It is Sunnah to perform certain acts in tawaf as given below:
1. Facing the Black Stone at the start of the tawaf while uttering a takbir (Allahu-Akbar), and a tahlil (La ilaha illahlah), and raising one’s hands as they are raised in prayers, and if possible touching it with both hands and kissing it quietly, or placing one’s cheek on it. Otherwise. one may touch it with one’s hand and kiss the hand, or touch it with something, and then kiss it, or if even that is not possible, one may just point to it with a stick, etc. as is mentioned in some of the ahadith given below.
Ibn ‘Umar said: “Allah’s Messenger (peace be upon him) faced the Black Stone, touched it, and then placed his lips on it and wept for a long time.” ‘Umar also wept for a long time. The Prophet (peace be upon him) said: ‘O ‘Umar, this is the place where one should shed tears.”’ (Reported by Al-Hakim, who considers it a sound hadith with a sound chain of authorities)
It is reported by Ibn ‘Abbas that ‘Umar bent down towards the Black Stone and said: “By Allah! I know that you are a mere stone, and if I had not seen my beloved Prophet (peace be upon him) kissing you and touching you I would have never done so.” The Qur’an says: “You have indeed in the Messenger of Allah a beautiful pattern (of conduct).”‘ (Qur’an 33.32) This was reported by Ahmad and others in slightly different words.
Nafi’ said, “I have seen Ibn ‘Umar touching the Black Stone with his hand, and then kissing his hand and saying: ‘Ever since I saw the Prophet (peace be upon him) doing this, I have never failed to do that.”’ (Reported by Bukhari and Muslim)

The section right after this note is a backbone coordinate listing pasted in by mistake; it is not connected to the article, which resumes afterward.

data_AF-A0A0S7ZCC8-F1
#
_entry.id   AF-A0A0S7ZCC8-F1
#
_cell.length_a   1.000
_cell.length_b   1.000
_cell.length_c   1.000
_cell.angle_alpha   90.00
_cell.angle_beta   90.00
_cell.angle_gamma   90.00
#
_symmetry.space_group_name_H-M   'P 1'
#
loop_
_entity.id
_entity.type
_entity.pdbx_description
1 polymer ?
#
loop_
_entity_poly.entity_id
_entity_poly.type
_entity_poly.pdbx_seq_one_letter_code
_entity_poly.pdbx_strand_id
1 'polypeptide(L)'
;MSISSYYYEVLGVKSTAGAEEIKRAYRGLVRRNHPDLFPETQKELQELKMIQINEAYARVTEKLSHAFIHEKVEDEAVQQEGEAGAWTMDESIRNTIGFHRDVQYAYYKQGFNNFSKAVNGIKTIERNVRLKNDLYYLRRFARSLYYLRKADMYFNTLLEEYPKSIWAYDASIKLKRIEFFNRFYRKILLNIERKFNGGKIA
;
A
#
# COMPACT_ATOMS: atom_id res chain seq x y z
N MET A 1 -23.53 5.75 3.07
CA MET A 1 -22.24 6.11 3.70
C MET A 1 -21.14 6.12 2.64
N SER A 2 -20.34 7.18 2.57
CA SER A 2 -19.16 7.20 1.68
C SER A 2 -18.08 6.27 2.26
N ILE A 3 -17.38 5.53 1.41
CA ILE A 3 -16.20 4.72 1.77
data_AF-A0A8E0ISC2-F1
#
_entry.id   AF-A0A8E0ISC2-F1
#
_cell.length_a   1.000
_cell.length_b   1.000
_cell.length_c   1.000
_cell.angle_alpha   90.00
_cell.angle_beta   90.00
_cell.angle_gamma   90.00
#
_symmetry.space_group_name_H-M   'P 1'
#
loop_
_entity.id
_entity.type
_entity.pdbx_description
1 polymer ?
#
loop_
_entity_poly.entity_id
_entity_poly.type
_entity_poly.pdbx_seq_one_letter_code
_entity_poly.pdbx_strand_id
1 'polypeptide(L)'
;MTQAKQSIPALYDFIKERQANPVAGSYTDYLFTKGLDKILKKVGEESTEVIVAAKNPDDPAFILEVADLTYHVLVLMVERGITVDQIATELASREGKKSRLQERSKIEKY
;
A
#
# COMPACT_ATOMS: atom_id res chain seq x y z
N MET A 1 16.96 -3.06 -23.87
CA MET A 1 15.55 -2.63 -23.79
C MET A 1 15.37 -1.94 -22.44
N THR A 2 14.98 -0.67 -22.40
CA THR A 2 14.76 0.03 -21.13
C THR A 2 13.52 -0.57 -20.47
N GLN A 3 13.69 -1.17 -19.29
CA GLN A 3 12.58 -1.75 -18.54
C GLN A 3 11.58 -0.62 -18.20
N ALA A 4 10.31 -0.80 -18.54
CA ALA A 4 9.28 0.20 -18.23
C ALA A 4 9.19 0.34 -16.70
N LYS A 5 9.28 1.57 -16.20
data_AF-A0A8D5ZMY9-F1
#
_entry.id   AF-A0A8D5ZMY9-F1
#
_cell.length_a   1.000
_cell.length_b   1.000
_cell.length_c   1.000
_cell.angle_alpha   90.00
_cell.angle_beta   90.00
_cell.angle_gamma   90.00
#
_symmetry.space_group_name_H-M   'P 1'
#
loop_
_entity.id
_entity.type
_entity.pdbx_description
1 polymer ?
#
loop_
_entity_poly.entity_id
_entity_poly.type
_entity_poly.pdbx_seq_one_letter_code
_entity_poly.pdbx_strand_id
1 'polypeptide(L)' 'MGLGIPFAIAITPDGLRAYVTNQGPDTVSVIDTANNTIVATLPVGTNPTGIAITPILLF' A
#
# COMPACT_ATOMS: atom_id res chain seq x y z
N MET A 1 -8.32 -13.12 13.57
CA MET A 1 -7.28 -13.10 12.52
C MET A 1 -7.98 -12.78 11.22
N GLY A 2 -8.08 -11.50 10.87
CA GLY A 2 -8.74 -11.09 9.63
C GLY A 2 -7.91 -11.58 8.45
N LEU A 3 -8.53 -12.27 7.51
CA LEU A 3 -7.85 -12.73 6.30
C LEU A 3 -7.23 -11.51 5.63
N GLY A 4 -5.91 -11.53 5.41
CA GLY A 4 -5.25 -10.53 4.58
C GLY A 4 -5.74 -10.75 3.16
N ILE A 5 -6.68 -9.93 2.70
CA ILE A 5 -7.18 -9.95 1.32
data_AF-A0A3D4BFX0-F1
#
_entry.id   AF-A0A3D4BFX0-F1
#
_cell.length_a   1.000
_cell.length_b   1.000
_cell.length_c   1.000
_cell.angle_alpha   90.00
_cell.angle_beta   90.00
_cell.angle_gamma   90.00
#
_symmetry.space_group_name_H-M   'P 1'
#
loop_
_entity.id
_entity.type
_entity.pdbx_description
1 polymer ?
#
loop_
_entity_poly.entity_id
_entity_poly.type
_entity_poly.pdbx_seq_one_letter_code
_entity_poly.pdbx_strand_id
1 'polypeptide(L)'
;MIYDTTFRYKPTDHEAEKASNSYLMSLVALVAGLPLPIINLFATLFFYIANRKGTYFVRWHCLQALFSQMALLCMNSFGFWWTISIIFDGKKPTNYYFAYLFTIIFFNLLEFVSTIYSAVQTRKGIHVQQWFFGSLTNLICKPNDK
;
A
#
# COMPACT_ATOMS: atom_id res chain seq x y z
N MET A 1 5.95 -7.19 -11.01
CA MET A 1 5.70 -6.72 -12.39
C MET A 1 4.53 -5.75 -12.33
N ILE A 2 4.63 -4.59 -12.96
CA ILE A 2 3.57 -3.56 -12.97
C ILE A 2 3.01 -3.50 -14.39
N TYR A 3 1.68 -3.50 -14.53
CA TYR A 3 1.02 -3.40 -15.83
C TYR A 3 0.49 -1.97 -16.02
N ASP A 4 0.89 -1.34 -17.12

Sowayd bin Ghaflah said: “I have seen ‘Umar kissing the Black Stone and touching it.” He further said: “I know that the Prophet (peace be upon him) was especially very particular about it.” (Muslim) Ibn ‘Umar reported that Allah’s Messenger (peace be upon him) used to come to Ka’bah, touch the Black Stone and then say: Bismillahi wallahu akbar (In the name of Allah, Allah is the Greatest.)” (Ahmad) Muslim has reported on the authority of Abu Tufail that he said: “I have seen the Prophet (peace be upon him) making tawaf around the Ka’bah and touching it with a stick and then kissing the stick.”
Bukhari, Muslim and Abu Daw’ud reported that ‘Umar approached the Black Stone and kissed it. Then he said: “I know that you are a mere stone that can neither harm nor do any good. If I had not seen the Prophet (peace be upon him) kissing you, I would have never kissed you.”
Al-Khatabi said: “This shows that abiding by the Sunnah of the Prophet (peace be upon him) is binding, regardless of whether or not we understand its reason or the wisdom behind it.”
Such information devolves obligation on all those whom it reaches, even if they may not fully comprehend its significance. It is known, however, that kissing the Black Stone signifies respect for it, recognition of our obligation toward it, and using it as a means of seeking Allah’s blessings. Indeed Allah has preferred some stones over others, as He preferred some countries and cities, days and nights, and months over others. The underlying spirit of all this is unquestioning submission to Allah.
In some ahadith which say that “the Black Stone is Allah’s right hand on earth,” we do find, however, a plausible rationale and justification for this statement. In other words whosoever touches the Black Stone he pledges allegiance to Allah, as it were, by giving his hand into the hand of Allah, just as some followers do pledge their fealty to their kings and masters, by kissing and shaking hands with them.
Al-Muhallib said: “The hadith of ‘Umar refutes the assertions of those who say that ‘The Black Stone is Allah’s right hand on earth wherewith He shakes the hands of His slaves.”‘ God forbid that we should ascribe any physical organs to Allah. The commandment to kiss the Black Stone is meant to test and to demonstrate palpably as to who obeys and submits. It may be compared with the command to Iblis to bow to Adam.
We have no definite evidence, however, to believe that any of the stones used in building the Ka’bah originally (by Ibrahim and Isma’il), is still in existence today excepting the Black Stone.